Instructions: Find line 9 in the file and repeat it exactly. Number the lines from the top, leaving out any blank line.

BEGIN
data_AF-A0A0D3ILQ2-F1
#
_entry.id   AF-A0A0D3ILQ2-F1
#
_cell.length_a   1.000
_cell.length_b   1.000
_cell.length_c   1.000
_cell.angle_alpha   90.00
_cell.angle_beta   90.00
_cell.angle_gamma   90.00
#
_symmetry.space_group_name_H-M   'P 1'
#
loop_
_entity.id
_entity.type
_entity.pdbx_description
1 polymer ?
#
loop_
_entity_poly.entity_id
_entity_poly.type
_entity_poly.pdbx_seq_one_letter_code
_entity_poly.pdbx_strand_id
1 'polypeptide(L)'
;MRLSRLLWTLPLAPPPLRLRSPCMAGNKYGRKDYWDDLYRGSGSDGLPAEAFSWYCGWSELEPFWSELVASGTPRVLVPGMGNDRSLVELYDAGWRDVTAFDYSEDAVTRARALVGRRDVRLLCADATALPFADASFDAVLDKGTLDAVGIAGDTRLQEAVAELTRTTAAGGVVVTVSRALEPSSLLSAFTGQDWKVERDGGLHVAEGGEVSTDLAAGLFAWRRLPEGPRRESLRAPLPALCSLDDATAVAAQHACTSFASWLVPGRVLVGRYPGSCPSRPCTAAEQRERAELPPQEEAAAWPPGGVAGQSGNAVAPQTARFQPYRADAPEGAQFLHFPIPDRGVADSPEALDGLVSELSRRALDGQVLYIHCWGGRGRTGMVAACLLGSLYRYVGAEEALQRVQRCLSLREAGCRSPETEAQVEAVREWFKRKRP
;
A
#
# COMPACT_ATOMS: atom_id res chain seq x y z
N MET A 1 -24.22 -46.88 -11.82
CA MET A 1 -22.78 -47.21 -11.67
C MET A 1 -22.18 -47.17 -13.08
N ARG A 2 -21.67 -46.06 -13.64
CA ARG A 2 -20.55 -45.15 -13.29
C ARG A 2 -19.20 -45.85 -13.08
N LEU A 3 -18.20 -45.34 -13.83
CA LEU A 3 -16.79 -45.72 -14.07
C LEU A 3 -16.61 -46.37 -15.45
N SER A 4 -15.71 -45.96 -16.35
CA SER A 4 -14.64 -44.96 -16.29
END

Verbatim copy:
_cell.angle_beta   90.00